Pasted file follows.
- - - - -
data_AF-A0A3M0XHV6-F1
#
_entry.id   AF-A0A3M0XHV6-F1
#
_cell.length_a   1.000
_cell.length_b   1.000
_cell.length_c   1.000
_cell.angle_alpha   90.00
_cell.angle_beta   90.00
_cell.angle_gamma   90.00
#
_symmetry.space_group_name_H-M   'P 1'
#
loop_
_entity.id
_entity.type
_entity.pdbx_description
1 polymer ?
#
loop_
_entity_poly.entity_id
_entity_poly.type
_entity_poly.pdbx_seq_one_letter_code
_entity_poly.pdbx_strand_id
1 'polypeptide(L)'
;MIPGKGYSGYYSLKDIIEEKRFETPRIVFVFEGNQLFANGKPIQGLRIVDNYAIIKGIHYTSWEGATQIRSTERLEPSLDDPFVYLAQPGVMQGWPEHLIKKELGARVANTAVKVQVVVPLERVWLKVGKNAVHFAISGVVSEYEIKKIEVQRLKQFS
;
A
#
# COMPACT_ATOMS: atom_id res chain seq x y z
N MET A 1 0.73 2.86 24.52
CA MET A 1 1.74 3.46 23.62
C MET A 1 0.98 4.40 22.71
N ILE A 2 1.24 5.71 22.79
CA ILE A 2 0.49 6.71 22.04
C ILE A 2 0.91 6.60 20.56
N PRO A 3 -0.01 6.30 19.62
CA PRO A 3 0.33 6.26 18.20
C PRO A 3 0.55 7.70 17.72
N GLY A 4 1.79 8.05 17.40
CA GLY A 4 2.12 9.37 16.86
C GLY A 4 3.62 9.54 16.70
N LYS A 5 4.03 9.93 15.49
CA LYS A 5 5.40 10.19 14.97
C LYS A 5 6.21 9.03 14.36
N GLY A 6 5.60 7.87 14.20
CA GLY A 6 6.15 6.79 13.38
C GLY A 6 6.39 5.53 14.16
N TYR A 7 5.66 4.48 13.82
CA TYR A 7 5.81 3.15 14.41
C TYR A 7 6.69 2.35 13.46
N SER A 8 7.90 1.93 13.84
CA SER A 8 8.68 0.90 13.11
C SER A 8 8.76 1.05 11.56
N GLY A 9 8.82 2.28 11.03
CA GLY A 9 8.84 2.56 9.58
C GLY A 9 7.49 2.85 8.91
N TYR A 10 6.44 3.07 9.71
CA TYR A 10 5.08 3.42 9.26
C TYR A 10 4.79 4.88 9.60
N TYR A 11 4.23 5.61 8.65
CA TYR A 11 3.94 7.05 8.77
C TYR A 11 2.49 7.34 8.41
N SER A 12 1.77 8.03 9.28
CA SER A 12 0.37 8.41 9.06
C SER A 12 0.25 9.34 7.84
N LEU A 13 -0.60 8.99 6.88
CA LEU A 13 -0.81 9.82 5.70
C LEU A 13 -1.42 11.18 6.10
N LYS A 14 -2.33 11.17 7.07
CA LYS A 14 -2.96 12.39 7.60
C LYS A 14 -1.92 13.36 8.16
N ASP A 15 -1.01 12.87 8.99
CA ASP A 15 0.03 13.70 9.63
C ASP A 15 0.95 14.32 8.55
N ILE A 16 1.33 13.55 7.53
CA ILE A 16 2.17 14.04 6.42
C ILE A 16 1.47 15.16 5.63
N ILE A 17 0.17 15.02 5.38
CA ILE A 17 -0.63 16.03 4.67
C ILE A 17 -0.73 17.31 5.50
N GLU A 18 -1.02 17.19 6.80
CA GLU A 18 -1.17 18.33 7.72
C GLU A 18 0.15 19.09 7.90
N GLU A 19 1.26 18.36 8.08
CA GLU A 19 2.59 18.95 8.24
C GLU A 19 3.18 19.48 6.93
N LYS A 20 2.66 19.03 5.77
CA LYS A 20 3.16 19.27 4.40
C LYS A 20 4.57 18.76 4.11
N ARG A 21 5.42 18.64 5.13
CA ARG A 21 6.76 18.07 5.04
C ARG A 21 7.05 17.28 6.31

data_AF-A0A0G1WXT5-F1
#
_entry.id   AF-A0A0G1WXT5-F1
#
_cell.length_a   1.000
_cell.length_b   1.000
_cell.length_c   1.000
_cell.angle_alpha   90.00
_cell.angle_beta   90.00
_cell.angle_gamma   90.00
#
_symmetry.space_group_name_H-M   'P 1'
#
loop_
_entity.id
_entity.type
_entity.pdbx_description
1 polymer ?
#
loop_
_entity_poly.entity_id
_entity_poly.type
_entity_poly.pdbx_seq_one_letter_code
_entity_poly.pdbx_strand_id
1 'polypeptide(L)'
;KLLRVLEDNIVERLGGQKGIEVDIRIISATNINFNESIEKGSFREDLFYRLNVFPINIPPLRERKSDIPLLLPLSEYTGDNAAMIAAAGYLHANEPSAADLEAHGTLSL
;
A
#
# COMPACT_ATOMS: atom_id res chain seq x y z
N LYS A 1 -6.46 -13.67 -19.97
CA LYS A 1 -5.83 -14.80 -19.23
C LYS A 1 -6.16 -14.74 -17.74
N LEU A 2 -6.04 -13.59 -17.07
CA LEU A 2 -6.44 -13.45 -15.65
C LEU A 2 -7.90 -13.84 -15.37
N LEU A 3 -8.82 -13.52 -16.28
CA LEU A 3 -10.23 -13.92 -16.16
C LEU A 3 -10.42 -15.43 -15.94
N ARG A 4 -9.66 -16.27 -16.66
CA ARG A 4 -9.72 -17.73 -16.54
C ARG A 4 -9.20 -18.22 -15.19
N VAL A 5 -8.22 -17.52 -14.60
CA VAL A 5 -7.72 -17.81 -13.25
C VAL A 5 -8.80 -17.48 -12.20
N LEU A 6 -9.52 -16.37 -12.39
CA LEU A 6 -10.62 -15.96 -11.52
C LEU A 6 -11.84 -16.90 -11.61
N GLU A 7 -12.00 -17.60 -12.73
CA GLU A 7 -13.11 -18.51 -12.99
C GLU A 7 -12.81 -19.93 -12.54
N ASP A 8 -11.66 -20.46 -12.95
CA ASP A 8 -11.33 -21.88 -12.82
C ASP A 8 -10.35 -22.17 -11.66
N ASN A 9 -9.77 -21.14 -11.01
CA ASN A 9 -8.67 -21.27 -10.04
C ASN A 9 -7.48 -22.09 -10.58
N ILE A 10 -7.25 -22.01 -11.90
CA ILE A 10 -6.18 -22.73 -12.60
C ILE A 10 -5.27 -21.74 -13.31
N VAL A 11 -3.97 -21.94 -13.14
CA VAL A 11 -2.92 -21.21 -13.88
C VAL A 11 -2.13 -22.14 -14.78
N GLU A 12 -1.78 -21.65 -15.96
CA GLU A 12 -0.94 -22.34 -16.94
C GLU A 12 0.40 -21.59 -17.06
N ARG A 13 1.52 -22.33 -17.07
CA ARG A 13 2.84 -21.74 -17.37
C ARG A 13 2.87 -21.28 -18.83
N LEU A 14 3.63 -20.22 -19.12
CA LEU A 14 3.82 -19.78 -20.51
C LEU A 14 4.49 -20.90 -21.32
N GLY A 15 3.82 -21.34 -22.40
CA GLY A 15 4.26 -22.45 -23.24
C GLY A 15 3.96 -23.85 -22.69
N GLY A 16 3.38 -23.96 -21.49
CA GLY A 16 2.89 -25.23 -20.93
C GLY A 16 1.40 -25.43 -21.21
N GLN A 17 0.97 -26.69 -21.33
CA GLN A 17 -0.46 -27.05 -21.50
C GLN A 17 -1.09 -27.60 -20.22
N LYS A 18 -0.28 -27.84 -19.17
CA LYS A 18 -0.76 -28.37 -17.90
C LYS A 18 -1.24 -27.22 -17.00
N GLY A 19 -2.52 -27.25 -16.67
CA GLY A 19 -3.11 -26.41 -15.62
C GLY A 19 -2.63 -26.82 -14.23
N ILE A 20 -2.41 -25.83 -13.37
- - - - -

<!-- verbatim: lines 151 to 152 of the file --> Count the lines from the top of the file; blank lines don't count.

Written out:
N ILE A 10 -7.25 -22.01 -11.90
CA ILE A 10 -6.18 -22.73 -12.60